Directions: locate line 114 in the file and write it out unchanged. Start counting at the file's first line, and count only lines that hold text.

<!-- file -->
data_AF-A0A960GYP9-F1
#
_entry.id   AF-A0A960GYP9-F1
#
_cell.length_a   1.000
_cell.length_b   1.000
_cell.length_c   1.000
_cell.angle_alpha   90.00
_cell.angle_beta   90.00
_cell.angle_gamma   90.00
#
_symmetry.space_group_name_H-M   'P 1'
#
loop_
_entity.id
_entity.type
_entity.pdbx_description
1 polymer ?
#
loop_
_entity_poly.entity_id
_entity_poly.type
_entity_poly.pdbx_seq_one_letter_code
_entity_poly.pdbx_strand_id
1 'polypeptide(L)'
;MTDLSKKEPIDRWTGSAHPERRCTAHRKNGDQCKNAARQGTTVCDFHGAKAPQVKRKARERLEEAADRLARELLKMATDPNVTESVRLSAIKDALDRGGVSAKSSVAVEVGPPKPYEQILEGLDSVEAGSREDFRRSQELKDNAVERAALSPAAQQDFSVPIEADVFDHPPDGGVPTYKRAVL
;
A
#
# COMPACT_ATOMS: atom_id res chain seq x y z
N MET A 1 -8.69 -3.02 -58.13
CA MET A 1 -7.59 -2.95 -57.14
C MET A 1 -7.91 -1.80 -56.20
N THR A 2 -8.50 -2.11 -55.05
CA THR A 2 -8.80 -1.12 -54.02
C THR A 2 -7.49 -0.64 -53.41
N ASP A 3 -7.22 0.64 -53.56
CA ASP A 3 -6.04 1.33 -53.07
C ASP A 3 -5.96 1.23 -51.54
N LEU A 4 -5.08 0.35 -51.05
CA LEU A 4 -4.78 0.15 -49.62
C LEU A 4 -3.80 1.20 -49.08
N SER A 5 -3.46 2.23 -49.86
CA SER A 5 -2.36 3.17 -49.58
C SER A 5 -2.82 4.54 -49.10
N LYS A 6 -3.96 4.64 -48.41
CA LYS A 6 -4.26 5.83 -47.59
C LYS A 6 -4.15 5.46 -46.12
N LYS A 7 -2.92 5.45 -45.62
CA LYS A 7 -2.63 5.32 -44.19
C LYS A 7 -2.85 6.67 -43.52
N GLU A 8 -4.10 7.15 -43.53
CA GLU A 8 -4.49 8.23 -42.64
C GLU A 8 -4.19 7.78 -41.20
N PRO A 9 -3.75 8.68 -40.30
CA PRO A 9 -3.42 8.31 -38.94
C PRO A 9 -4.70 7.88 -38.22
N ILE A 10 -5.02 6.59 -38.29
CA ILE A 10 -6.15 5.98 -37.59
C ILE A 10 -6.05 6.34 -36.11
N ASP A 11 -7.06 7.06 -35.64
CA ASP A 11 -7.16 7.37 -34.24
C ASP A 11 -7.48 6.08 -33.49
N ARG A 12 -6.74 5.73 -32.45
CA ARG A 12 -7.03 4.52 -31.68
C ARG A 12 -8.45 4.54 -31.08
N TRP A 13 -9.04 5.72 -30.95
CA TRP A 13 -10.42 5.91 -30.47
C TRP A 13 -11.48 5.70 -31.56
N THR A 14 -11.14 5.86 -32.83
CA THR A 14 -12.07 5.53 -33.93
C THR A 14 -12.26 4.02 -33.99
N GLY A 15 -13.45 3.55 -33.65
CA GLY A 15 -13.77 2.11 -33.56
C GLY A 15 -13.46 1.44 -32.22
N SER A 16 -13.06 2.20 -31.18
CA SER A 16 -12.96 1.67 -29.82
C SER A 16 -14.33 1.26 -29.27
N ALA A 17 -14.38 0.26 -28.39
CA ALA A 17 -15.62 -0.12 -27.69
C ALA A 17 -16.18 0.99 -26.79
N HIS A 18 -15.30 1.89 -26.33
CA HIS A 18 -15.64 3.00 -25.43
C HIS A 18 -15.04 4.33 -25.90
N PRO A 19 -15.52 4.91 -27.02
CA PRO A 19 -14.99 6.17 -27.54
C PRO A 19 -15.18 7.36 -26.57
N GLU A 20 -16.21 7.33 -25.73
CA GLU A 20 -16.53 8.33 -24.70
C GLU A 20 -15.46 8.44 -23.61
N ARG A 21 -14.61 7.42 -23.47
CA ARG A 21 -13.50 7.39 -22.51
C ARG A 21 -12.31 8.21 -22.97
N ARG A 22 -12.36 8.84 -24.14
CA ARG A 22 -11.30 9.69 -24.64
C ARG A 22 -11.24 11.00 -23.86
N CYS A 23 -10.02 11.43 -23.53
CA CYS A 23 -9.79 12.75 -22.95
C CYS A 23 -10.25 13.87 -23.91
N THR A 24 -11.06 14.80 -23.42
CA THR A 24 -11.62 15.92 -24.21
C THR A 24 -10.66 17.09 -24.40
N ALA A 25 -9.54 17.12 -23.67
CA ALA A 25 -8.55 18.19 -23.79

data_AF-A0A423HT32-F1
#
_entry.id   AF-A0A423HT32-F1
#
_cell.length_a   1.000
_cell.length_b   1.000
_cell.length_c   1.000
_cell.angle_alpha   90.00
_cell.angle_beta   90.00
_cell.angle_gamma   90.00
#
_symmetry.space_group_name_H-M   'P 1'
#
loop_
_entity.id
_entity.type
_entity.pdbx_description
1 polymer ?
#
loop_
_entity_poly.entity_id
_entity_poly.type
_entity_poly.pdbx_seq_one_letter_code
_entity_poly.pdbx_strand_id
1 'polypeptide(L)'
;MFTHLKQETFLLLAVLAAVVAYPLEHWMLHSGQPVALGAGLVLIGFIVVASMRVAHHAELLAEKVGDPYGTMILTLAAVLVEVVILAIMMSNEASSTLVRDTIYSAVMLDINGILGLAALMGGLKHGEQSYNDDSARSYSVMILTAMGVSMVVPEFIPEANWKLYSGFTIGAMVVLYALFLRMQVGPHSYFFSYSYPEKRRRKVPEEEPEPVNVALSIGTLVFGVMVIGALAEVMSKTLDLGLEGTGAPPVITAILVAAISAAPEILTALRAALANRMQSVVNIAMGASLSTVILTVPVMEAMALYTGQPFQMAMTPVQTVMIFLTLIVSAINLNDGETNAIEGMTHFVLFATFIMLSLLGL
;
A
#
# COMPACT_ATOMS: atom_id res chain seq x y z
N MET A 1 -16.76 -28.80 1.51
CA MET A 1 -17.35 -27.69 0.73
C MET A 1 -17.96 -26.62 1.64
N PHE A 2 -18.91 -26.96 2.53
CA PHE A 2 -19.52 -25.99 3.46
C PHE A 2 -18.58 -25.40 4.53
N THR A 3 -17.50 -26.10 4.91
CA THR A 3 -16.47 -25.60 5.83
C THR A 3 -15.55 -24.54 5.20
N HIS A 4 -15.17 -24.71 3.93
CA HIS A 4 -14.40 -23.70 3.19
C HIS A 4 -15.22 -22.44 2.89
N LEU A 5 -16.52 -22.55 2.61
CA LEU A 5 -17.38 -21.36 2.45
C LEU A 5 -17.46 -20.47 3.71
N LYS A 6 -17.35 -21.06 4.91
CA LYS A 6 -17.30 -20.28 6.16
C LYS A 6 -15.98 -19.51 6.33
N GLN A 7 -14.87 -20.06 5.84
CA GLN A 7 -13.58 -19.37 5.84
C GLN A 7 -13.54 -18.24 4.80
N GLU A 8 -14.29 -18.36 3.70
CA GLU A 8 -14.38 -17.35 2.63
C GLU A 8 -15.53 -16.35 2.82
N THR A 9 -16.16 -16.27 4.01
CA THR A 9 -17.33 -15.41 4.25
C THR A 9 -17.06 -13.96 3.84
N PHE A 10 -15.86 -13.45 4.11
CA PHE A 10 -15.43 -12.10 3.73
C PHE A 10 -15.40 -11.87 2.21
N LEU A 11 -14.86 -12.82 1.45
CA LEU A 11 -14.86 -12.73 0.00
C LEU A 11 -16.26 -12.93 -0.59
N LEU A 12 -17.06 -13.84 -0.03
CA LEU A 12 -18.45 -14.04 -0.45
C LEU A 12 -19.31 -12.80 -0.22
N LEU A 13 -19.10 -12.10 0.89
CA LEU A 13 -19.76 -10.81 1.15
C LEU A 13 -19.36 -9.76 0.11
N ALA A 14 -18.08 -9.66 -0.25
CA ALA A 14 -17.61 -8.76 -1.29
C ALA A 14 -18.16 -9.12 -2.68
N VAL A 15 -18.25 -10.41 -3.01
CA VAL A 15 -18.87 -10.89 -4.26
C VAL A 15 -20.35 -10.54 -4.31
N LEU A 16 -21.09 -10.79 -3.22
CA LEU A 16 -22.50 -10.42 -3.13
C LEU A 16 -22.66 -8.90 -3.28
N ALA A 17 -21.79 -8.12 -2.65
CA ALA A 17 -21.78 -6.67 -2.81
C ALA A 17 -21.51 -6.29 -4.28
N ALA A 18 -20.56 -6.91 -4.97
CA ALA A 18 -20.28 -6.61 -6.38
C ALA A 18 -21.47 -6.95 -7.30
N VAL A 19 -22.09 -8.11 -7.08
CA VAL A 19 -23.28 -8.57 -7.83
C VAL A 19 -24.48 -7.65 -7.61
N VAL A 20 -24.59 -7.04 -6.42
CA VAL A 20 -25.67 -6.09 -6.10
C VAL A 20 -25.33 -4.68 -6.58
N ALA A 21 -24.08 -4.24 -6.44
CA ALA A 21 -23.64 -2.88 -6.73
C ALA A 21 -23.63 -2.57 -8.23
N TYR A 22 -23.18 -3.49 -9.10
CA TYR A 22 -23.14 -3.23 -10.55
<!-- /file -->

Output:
_cell.angle_gamma   90.00